(This site is reader-supported. When you buy something using retail links on our articles, we may earn a small commission. As an Amazon Associate I earn from qualifying purchases.)
CPM S90V from Crucible is a super steel variant known for its ability to retain an edge for long, even with frequent heavy-duty usage. It can be categorized with other super steels such as M390, Elmax, CPM 110V (its big brother), and CTS-204P. However, this sounds promotional if you have no idea of this steel’s chemical composition and properties. So, let’s explore them!
What is CPM S90V Steel?
Made by the American brand Crucible, CPM S90V belongs to the family of premium steels. It is one of the steels in the SxxV series, a group of stainless steels formulated using the brand’s Particle Metallurgy (PM) process. C in CPM stands for Crucible.
The brand originally made this steel as tool steel and gave the name CPM 420V. This steel was used for making bearings, slitters, feed screws, valve components, gear pumps, cutters, and other tools for hard use.
Today, CPM S90V is a popular super steel used for designing high-end knives. However, it is expensive, just like other super steels. Moreover, its grindability is not up to the mark; hence working with it is not that easy.
CPM S90V contains three main alloying elements in unusually high quantities: carbon, chromium, and vanadium. This blend makes it a type of premium steel. It is also stainless due to its high chromium content. Following are its constituents:
- 2.3% Carbon: For higher hardness as well as greater ability than normal to keep corrosion and wear at bay
- 14% Chromium: For excellent corrosion resistance, toughness, hardness, tensile strength, and edge retention
- 9% Vanadium: For great resistance to wear, toughness, and strength
- 1% Molybdenum: For better strength, hardness, toughness, and machinability
- 0.5% Silicon: For better strength and resistance to corrosion
- 0.5% Manganese: For better hardenability, forgeability, and resistance to wear
- 0.40% Tungsten: For better hardenability, strength, and toughness along with hardness retention at high temperatures
- 0.03% Phosphorus: For better hardness, machinability, and strength
- 0.03% Sulfur: For better machinability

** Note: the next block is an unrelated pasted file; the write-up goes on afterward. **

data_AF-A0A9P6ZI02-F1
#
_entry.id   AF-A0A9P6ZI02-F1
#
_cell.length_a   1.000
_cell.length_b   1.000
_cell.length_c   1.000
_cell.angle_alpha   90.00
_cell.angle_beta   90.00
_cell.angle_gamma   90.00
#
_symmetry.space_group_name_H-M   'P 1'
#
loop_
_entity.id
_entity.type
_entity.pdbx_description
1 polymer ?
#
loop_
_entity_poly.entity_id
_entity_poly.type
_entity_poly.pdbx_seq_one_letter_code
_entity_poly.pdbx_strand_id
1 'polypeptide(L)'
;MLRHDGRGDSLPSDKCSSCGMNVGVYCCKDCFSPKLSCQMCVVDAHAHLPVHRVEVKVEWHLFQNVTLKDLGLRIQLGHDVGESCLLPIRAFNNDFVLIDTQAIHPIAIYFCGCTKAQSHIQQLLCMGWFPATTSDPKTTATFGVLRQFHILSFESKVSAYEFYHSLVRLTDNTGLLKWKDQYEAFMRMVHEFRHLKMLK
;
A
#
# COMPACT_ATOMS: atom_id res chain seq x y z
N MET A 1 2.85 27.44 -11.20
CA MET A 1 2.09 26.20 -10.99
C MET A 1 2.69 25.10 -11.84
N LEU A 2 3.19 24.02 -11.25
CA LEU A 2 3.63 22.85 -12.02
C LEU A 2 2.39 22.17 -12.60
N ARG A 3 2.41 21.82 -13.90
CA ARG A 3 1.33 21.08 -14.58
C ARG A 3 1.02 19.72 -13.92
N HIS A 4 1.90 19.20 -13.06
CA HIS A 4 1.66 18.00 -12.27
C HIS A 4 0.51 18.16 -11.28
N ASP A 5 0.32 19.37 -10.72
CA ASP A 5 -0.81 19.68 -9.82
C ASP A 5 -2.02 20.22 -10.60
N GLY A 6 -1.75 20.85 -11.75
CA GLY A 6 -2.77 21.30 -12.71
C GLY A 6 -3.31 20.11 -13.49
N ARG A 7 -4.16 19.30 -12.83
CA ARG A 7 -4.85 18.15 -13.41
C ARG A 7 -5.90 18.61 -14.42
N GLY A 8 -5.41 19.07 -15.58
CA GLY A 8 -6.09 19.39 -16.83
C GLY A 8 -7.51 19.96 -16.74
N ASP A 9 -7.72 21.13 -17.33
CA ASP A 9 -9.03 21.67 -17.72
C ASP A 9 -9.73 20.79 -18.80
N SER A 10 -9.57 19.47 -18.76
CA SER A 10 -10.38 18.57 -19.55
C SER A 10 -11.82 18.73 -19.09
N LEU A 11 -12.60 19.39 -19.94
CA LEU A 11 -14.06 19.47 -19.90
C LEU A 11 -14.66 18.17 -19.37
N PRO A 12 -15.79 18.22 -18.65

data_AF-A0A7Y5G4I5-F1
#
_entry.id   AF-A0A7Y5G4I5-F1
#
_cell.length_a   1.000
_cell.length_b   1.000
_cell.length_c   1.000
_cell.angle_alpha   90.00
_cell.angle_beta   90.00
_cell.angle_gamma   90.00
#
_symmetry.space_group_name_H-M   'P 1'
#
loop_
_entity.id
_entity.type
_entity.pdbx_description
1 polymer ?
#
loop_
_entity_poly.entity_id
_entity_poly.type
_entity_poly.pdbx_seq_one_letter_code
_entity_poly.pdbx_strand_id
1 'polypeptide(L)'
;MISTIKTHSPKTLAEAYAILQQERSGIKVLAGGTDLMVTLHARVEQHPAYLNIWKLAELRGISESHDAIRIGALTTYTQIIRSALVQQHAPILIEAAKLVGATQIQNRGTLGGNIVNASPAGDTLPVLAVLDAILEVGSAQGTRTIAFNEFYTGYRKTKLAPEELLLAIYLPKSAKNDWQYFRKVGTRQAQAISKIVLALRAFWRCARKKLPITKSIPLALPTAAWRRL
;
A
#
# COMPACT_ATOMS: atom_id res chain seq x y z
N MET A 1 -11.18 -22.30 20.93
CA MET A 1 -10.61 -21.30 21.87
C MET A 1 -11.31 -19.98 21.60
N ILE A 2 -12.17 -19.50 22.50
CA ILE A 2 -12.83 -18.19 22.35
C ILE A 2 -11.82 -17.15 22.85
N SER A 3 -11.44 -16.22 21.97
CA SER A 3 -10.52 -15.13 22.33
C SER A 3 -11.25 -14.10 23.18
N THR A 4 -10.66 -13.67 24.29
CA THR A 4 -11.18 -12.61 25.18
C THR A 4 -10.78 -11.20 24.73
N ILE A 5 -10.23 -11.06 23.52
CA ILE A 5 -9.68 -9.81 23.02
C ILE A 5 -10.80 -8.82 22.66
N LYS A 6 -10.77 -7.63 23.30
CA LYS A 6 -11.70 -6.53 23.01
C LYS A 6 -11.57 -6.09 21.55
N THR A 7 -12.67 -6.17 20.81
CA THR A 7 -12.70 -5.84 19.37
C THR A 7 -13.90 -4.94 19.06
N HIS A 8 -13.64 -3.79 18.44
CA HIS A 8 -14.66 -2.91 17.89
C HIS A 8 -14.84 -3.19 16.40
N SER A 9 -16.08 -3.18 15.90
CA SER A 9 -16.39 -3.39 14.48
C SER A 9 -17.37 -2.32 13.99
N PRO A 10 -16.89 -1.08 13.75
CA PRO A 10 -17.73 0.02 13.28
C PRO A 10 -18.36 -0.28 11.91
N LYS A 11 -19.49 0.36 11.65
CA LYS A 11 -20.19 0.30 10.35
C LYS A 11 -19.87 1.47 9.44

On the Rockwell scale of hardness, CPM S90V has a rating of 57-59 HRC. According to knifesteelnerds.com, this hardness level can go up to 66 HRC depending on the heat treatment. This is truly a high level of hardness!
Even the range of 57-59 HRC is considered a great hardness level. This is generally the hardness level range of steels used to make the high-quality EDC and other premium knives.
- Okay Toughness: Considering the hardness level of 57-59 HRC, this steel provides decent toughness. Yes, it is not the best, as with a high hardness level comes a low level of toughness. In terms of toughness, S90V falls behind steels such as S30V and S35VN, but you can compare it with that of D2. The toughness level of this steel is attributed to the PM process known for its uniform distribution of carbides. Vanadium carbide content is quite hard and significantly contributes to wear resistance but is unfavorable for toughness in traditionally produced steels. Nevertheless, in powder metallurgy steels, these carbides are small, and they can contribute to toughness more than other types of carbides. Thus, S90V can withstand a fair bit of abuse without breaking.
- Excellent Wear Resistance: This is one of the most commendable benefits of using an S90V knife. You can expect it to resist wear and abrasion in any circumstances. The credit goes to the high vanadium content from vanadium carbides. These super-hard carbides significantly contribute to extraordinary wear resistance. It enables this steel to endure lots of hard use without any signs of wear or tear. Even the shape remains intact for longer periods.
- Moderate Corrosion Resistance: Due to high carbon and chromium content levels, this Crucible steel will not rust quickly. The 14% chromium content makes it stainless, and all stainless steels are resistant to corrosion. Another factor that ensures corrosion resistance is the presence of vanadium carbides. You can expect better corrosion resistance than its precursors but lower resistance than its more-molybdenum-rich upgrades such as S110V.